POSTED: November 17th 2014
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IOC Set to reveal 40 recommendations tomorrow for the future of the Olympic Movement

LAURA WALDEN / Sports Features Communications

(SFC) Finally the International Olympic Committee (IOC) will make public tomorrow the 40 recommendations that have been put forward for the future of the Olympic Movement. Fruit of the Agenda 2020 discussions, these same 40 points will be tabled to the entire IOC Assembly next month at the upcoming extraordinary session in Monaco December 8-9 for final approval.

Areas that are expected to be targeted are changes to the bidding process making it more as an invitation from the IOC and with a focus on reducing the costs.

More flexibility to the Olympic Programme will be studied while maintaining the limitations of athletes, coaches and other support personnel.

And finally, the much anticipated plan of an Olympic TV channel that would allow for the exposure of many minority sports that would not conflict with the rights holders that have paid premium prices for the exclusivity of televising the Games.

There is a lot at stake and expectations are high that there will be some substantial improvements.

IOC President Thomas Bach was so convinced of making a change to the management of the world’s largest sports event that this was a major part of his campaign for president last year.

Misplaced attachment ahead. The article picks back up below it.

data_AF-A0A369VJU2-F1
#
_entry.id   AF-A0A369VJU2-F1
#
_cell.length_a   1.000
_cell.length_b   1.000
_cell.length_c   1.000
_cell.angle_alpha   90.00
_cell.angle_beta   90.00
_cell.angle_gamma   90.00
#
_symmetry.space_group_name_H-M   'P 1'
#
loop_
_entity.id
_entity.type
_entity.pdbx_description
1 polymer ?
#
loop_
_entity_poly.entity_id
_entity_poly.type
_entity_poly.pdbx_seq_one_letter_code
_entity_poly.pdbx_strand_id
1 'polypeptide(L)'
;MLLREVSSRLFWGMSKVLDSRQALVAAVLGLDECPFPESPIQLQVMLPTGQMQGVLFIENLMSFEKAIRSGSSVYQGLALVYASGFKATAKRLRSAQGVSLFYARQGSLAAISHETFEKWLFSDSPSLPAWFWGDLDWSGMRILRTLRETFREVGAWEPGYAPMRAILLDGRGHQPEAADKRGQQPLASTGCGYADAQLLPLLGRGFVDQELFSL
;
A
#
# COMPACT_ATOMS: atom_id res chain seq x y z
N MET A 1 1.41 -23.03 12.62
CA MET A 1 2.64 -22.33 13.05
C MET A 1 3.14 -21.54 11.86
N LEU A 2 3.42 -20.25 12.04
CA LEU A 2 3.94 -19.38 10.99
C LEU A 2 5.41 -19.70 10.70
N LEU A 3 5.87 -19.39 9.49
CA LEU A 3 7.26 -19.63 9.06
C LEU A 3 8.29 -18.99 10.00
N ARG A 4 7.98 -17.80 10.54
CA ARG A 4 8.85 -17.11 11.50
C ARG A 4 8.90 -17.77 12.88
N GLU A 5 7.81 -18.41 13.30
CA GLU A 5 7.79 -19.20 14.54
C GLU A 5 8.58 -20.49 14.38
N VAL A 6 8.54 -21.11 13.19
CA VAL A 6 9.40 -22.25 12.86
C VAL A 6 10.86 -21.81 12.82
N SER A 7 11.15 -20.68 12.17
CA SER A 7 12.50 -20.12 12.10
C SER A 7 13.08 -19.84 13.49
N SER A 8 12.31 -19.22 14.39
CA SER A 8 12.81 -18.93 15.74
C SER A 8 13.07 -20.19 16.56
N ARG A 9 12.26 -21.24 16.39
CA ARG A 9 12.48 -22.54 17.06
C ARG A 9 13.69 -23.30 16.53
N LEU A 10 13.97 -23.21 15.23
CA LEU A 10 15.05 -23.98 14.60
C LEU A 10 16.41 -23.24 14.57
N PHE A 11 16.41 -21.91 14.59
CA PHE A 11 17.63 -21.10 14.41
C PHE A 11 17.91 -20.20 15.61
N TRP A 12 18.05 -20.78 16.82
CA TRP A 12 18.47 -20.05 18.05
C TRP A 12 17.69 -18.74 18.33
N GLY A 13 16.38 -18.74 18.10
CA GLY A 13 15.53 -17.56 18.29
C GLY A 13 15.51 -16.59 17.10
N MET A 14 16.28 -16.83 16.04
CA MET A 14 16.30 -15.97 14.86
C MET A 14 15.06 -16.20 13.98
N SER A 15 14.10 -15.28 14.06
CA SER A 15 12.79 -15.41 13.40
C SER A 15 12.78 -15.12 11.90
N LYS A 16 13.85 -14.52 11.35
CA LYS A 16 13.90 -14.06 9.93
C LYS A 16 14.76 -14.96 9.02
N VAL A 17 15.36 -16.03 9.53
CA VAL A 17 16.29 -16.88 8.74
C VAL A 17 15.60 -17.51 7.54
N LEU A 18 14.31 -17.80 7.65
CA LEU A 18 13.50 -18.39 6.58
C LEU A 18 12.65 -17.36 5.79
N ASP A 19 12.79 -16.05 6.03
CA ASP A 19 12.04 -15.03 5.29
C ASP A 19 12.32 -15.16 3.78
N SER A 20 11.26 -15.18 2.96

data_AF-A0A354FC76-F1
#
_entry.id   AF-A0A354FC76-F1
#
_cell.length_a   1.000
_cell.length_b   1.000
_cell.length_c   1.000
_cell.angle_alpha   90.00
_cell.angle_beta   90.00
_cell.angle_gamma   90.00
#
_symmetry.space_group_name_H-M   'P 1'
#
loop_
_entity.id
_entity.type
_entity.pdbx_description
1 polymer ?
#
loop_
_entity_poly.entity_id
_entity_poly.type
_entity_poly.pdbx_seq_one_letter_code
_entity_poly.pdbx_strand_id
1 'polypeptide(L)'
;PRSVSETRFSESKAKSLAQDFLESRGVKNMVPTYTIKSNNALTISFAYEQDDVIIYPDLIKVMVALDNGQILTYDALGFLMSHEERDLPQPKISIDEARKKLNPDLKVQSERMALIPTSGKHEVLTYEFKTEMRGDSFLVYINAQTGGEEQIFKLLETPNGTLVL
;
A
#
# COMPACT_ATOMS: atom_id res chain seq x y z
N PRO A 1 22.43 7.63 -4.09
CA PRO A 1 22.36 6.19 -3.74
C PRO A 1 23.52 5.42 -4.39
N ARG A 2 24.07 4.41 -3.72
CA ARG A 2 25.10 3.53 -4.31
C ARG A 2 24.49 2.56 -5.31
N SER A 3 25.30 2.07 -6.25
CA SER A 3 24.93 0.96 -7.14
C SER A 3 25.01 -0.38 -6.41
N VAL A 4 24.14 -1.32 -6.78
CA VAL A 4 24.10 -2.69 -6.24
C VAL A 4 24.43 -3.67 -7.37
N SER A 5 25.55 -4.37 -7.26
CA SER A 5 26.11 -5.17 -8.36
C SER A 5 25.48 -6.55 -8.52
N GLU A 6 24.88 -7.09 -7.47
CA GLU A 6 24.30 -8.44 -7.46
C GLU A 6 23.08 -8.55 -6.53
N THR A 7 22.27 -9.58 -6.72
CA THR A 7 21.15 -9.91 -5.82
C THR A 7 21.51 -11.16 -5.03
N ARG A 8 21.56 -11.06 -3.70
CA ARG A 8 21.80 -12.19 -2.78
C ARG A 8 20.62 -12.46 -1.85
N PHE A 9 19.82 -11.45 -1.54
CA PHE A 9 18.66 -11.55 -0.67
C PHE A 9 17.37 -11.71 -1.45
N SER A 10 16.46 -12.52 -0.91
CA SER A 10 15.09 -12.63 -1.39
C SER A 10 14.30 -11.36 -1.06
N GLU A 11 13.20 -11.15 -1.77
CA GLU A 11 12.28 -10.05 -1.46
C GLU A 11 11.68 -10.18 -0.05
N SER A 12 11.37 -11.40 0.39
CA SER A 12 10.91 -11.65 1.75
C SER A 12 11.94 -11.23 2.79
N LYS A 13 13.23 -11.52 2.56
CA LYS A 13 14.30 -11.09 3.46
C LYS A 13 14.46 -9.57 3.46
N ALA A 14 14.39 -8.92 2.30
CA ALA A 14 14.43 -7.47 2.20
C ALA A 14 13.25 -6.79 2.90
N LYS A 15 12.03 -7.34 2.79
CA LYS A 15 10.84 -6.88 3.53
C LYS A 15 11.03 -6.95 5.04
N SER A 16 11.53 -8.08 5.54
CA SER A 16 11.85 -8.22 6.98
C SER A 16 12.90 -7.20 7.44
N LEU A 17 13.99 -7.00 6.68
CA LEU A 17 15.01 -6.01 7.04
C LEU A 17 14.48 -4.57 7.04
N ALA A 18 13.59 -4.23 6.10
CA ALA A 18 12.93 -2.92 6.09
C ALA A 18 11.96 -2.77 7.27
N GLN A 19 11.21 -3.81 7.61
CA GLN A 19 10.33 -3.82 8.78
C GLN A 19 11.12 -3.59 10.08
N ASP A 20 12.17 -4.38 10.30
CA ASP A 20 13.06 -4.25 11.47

The IOC executive Board met last month to fine tune the recommendations gathering in Montreaux, Switzerland and President Bach explained, “The 40 detailed recommendations are like individual pieces of a jigsaw puzzle, which when put together give us a clear picture of what the future of the Olympic Movement will look like.” 

Lord Sebastian Coe, former head of the London 2012 Games, summed up the objective in an editorial piece in the Telegraph today saying: “The challenge the IOC laid down for itself covered three fundamental areas of its proposition. How can we be sustainable so more cities in more countries around the world are able to host the Olympic Games? How can we remain credible – the athletes, the organisation, the events? And third, how do we give greater access to Olympic sport to people 365 days a year?”

The final 40 recommendations were carefully selected from some 1,200 ideas coming from 270 direct contributions, including more than 40,000 submissions from members of the public.

Bach also established 14 Working Groups to study and refine the Olympic Agenda 2020 recommendations and the chairs of these individual groups presented their findings to the Executive Board at last month’s meeting.

The working groups were composed of members of the Olympic Movement as well as experts from different walks of life including civil society, the United Nations, Google/YouTube, Transparency International, the Clinton Foundation and the World Bank.

These proposals have also been debated by the IOC commissions, two Olympic Summits and the 126th IOC Session in Sochi.



Keywords · Olympics · IOC · Thomas Bach · Agenda 2020 · Lord Sebastian Coe


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